Welcome to the first installment in a 10-part series of practical tips that will make up the CFI Guide to Film Production in China. Publishing each Friday from now until just before the annual U.S. China Film Summit and the American Film Market in Los Angeles in early November, the CFI Guide is built upon wide-ranging research and reporting checked against specific case studies and available official documentation. It is for writers and producers, directors, actors, and members of the film marketing and distribution chain who believe that working with China is a part of their future. With Chinese ticket sales up nearly 50 percent in 2015, and likely to surpass U.S. sales inside the next year, it’s clear that this market is too big to be ignored. China Film Insider (CFI) is here to help you better understand China’s filmmaking process and industry.— Jonathan Landreth, Founding Editor
The number one obstacle facing foreigners in the movie industry in China is that, by law, they are not allowed to operate independently. Several sections of this report will delve further into the particular challenges that arise from this ground rule.
Filmmaking activities within China are subject to laws that restrict foreign entities from setting up their own companies or joint ventures with Chinese partners, and content is subject to approval and censorship.
Distribution of content is also severely limited. All imported films must be pre-approved by the State Administration of Press, Publication, Radio, Film, and Television (SAPPRFT) and are subject to censorship. As detailed later in the section on quotas, foreign studios can only distribute their films for theatrical release through a Chinese company, with a limited number of major revenue-sharing releases—those whose copyright holders will recoup a percentage of the gross box office—distributed through one of the state-run giants, the China Film Group Corp. or its sister company, Huaxia Film Distribution.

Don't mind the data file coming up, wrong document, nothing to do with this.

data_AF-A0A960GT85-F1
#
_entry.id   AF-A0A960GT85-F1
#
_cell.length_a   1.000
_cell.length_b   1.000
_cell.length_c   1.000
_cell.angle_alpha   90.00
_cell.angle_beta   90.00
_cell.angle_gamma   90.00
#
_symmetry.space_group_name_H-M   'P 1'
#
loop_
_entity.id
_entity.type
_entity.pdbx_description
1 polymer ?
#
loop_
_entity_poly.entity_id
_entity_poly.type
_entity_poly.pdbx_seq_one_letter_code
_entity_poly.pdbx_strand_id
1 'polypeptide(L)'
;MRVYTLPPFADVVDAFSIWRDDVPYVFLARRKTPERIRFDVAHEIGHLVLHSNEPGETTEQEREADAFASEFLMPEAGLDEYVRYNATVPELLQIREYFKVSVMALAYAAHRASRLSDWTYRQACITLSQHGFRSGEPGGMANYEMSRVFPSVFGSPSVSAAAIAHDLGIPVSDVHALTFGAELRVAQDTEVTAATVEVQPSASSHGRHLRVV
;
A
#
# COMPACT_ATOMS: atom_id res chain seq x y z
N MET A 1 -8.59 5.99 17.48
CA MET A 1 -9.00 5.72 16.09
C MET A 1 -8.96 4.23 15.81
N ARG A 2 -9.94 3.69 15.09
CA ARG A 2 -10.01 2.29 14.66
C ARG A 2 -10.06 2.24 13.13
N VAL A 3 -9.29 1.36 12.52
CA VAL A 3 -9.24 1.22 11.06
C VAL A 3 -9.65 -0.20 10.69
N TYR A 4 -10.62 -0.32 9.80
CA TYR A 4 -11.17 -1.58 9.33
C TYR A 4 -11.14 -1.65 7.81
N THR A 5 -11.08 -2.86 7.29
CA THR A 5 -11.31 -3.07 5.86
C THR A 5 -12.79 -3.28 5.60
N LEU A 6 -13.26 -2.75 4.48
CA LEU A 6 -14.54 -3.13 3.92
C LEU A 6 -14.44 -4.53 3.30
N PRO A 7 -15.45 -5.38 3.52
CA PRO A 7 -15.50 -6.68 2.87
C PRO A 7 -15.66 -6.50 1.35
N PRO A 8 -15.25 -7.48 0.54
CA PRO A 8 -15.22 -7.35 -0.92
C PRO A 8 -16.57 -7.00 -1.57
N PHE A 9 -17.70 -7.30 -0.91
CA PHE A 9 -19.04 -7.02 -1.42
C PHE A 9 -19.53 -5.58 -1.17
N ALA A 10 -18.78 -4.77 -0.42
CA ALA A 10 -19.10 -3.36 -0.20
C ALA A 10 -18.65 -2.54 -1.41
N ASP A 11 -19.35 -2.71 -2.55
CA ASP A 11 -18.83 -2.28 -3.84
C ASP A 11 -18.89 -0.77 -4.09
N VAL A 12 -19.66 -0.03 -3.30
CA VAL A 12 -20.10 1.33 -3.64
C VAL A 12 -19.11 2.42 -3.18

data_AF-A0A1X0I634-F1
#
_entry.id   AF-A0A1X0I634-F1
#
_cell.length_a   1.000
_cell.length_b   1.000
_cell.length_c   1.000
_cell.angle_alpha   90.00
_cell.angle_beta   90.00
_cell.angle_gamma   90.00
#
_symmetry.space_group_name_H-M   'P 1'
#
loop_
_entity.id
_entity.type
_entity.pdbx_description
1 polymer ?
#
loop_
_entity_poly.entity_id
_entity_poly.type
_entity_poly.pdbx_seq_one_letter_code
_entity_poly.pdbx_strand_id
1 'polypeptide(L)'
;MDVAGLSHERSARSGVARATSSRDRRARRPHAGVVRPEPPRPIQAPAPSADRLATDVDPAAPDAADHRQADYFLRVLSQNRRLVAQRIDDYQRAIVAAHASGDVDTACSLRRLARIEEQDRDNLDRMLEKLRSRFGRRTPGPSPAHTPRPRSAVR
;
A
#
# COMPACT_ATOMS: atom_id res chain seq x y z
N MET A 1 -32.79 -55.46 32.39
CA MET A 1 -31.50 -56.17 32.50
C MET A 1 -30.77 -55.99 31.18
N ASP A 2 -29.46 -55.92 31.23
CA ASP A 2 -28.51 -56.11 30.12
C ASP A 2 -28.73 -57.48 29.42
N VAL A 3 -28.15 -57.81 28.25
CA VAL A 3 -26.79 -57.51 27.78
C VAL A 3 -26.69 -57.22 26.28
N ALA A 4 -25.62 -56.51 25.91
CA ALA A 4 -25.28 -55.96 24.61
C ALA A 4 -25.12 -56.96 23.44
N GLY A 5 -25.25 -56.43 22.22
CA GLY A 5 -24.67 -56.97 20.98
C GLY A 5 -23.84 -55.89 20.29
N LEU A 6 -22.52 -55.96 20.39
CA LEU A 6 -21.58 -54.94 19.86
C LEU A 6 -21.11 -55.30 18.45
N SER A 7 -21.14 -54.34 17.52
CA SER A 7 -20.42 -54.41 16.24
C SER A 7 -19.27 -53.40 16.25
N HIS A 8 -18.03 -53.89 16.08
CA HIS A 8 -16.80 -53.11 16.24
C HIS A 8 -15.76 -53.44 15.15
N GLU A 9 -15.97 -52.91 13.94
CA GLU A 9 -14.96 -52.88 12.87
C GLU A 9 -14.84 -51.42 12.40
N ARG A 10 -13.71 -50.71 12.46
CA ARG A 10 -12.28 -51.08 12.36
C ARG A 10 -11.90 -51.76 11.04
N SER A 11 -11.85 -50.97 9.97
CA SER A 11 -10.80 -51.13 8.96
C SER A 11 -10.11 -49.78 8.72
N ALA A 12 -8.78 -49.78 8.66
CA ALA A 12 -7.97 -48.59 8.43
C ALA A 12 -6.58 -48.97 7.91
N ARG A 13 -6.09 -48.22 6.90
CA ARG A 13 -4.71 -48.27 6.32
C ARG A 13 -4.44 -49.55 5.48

Similar restrictions apply to the distribution of content through other channels. In order to release film or television content for broadcast or online streaming, it is necessary to license the content through an authorized Chinese company and obtain the appropriate approvals. Of course, just because content is licensed to a Chinese entity does not mean it can play freely. Both SAPPRFT and the Ministry of Culture have been known to pull popular programs, both foreign and domestic, off of television and the Internet if they attract the wrong sort of attention. Sometimes foreign programs are pulled from the air or the web if they become too popular and pose a potential “threat,” in the form of stiff competition, to domestically produced content. Quotas limit the amount of foreign programming that can be made available.
This restrictive state of affairs is bound to continue under new rules that went into effect on March 10, 2016, which formally bar foreign companies and foreign-invested joint ventures from publishing content online. It’s not yet clear, however, exactly what that might mean in practice.
One way for foreign filmmakers to increase their involvement in the Chinese movie industry is by working with a Chinese studio. A number of countries have formalized co-production treaties with China, although the United States is not one of them. Under the Chinese regulations that govern film productions, foreign filmmakers have three options: co-productions, in which both parties contribute funding, talent, and production assets; assisted productions, where the foreign party provides funding and the Chinese party is paid to provide support such as production equipment, facilities, and labor for a film shot in China; and commissioned productions, in which the foreign party commissions a Chinese company to produce a film in China.
Non-Chinese individuals may work in China on specific projects subject to securing the proper approvals, work permits, and visas.
Read Part 2, “China’s Censors Are Powerful.”